it becomes a serious problem, we would certainly discuss it. We want to be
good neighbors,” he said.
Larr, for his part,
said he was glad Komenas succeeded in court, and he thinks the change in
Brassie’s management is part of the problem.
What has been done?
understand damage is a civil matter, but they think the safety element
should concern local officials, and they say they’ve gotten nowhere after
contacting everyone they can think of.
Komenas and Evans
said they’re told to either get a lawyer or that local officials’ hands are
tied. “They say they can’t tell a business how to operate, but it’s not a
clothing store. These are things that can hurt people,” Komenas said. “We’ve
all almost been hit,” she added.
David Evans is
dumbfounded by the lack of action. “I don’t know why my tax money goes to
their salaries, and they say, ‘It’s not my problem,’” Evans said. “I can’t
think of a single local politician who would want to live in this
environment, but they will not go to bat for us.”
Commissioner Jim Biggs said the problem isn’t that the County won’t go to
bat for them, but that the County has no authority. Biggs said he consulted
the County Attorney, the County Plan Commission, and Larr about the stray
golf balls and found, “We simply don’t have any rules against it.” He also
reported he tried speaking directly to Brassie’s former Golf Pro when
Komenas first reached out to him in 2016, and was basically told “Go pound
The residents said
current Golf Pro Andrew Soley is “always at the post office or the bank”
when they call and doesn’t return messages. Larr said he put in calls to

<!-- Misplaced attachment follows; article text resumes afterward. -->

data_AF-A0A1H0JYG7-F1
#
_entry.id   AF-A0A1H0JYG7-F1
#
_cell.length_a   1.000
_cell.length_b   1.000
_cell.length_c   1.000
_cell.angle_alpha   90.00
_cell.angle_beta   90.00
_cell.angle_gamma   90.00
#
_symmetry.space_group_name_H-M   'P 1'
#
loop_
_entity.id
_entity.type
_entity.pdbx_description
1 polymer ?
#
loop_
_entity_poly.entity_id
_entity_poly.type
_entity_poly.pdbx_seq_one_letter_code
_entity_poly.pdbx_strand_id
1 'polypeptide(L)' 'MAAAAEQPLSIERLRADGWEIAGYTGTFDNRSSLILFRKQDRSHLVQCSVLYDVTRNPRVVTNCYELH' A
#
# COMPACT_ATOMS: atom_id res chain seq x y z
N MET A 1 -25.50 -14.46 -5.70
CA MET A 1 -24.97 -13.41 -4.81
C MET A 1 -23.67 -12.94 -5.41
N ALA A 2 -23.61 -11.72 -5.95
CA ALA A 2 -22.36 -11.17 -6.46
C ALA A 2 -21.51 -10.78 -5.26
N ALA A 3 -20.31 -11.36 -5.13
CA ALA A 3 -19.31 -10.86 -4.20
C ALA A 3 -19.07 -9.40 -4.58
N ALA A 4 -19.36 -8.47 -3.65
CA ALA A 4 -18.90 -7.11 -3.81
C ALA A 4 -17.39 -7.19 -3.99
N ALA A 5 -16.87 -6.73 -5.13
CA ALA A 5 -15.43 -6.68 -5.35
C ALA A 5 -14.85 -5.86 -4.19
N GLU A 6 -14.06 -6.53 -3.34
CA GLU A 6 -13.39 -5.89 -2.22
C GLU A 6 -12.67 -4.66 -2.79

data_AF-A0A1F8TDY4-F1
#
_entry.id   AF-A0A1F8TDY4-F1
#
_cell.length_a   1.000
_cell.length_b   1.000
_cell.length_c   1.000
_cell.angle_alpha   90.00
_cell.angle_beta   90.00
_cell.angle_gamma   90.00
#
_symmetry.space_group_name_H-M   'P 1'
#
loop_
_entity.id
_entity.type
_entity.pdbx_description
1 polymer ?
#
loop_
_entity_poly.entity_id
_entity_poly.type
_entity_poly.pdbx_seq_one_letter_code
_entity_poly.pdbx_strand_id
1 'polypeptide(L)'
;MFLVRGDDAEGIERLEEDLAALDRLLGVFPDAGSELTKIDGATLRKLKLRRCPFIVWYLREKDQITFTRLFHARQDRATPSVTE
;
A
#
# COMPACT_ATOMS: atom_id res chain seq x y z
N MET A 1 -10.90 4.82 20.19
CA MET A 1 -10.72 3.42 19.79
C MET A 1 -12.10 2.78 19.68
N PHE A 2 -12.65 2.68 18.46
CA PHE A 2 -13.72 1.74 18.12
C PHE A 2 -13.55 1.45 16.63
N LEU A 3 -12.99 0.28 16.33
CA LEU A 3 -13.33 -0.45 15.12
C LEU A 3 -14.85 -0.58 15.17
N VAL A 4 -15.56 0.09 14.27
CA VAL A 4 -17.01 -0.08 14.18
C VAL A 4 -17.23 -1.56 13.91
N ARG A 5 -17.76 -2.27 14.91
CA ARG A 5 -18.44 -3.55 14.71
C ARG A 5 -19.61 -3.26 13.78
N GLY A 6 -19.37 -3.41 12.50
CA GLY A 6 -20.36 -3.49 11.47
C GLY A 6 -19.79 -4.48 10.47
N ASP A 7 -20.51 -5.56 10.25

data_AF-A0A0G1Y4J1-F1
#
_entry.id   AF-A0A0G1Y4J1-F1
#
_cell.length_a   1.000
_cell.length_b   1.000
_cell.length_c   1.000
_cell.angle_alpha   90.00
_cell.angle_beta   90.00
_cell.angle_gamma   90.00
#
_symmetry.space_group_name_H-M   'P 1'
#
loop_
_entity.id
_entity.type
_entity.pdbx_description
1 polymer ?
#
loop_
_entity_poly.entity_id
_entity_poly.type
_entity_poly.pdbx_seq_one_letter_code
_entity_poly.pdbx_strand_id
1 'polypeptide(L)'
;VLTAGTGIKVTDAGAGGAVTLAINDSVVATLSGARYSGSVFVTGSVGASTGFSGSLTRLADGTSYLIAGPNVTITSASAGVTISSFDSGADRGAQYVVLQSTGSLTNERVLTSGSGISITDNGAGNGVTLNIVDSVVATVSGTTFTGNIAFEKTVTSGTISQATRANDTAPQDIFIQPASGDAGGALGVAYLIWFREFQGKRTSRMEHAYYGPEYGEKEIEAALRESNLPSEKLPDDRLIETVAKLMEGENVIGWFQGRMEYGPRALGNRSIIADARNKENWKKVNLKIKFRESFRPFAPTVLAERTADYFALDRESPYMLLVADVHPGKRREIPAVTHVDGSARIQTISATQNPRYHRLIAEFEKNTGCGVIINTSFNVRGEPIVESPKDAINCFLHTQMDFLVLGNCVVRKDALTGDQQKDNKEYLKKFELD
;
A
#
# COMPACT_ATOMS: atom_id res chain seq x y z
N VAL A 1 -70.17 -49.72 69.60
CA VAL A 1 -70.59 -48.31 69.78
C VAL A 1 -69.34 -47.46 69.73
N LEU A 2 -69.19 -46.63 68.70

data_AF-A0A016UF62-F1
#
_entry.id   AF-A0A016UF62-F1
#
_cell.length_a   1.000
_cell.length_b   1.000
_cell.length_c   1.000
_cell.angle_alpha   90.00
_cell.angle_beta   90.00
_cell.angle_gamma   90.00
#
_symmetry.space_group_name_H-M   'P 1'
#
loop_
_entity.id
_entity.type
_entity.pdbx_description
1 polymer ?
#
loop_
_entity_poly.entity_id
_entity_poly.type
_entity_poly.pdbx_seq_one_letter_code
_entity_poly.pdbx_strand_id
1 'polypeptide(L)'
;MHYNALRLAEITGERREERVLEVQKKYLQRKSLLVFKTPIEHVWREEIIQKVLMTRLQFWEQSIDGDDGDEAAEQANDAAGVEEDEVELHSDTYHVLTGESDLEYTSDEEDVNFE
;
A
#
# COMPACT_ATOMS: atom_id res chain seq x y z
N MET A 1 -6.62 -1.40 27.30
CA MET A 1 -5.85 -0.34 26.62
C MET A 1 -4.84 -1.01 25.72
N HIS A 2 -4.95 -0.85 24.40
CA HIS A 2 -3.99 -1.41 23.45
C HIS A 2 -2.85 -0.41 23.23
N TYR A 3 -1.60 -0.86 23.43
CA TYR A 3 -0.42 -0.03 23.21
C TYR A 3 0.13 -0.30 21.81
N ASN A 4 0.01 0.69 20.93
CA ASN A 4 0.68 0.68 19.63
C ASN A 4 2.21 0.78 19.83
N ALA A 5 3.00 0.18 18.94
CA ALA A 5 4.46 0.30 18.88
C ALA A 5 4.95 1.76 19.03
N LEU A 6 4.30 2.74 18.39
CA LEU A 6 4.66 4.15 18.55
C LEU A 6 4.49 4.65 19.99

Soley to facilitate communication with the residents. Soley never returned
his calls, either.
This reporter got
in contact with Soley, who declined to comment. Yugo, however, denied that
the Brassie is unresponsive and said he thought Soley spoke with the
residents. Yugo, however, said he did not have personal knowledge of or
participate in those phone calls or meetings.
When asked if the
Brassie has made any more recent changes to reduce the chance of damage from
stray drives, Yugo said, “The driving range has been turned more into the
property,” though he couldn’t recall when that was done.
Yugo said the
Brassie doesn’t rule out future changes but said County Code prevents
Brassie from using larger nets--in spite of the fact that Brassie has
secured a variance before.
Engineer Mark O’Dell called Brassie recently because of the complaints and
was directed to their attorney. The north half of Brassie is inside
Chesterton Town limits, but the Town has no authority over the driving
range, which is in unincorporated Liberty Township.
however, that the Town isn’t looking to simply pass the buck, and the
Chesterton Town Attorney will look into whether or not the Town can
What can be done?
municipalities define the difference between a public nuisance or a public
safety hazard and the incidental result of a business activity? When do the
incidental consequences of a business activity constitute a public safety
hazard or nuisance? According to several local officials, there’s no clear
Biggs, for his
part, said stray golf balls can’t be treated as a public safety hazard until
it’s proven they pose a threat, i.e., someone gets hit, because the law
doesn’t work in hypotheticals. Though, Biggs did agree that regulations are
supposed to anticipate problems and offer solutions.
Larr said he
couldn’t provide a clear answer when asked at what point an issue like stray
golf balls graduates from being strictly a civil matter to a public safety
hazard or nuisance.
petitioners who apply for building permits must show their development won’t
be “detrimental to neighboring properties,” but added that enforcing
regulations meant to curb nuisances and safety hazards gets tricky when
there’s no malice involved: “Is it a nuisance, or is it just an accident?
That’s what’s hard to determine.”
Biggs offered that
he would bring the issue up at the next Board of Commissioners meeting,
Tuesday, Sept 3. at 10 a.m.
Biggs said he’s
open to creating an ordinance that better defines when a problem such as
this one becomes a public safety hazard/nuisance, but he’d first have to
find out if it would be enforceable. “I don’t want to create an ordinance
that will give these residents false hope that it’s going to solve this, and
then it doesn’t solve the problem because it has no teeth,” Biggs said.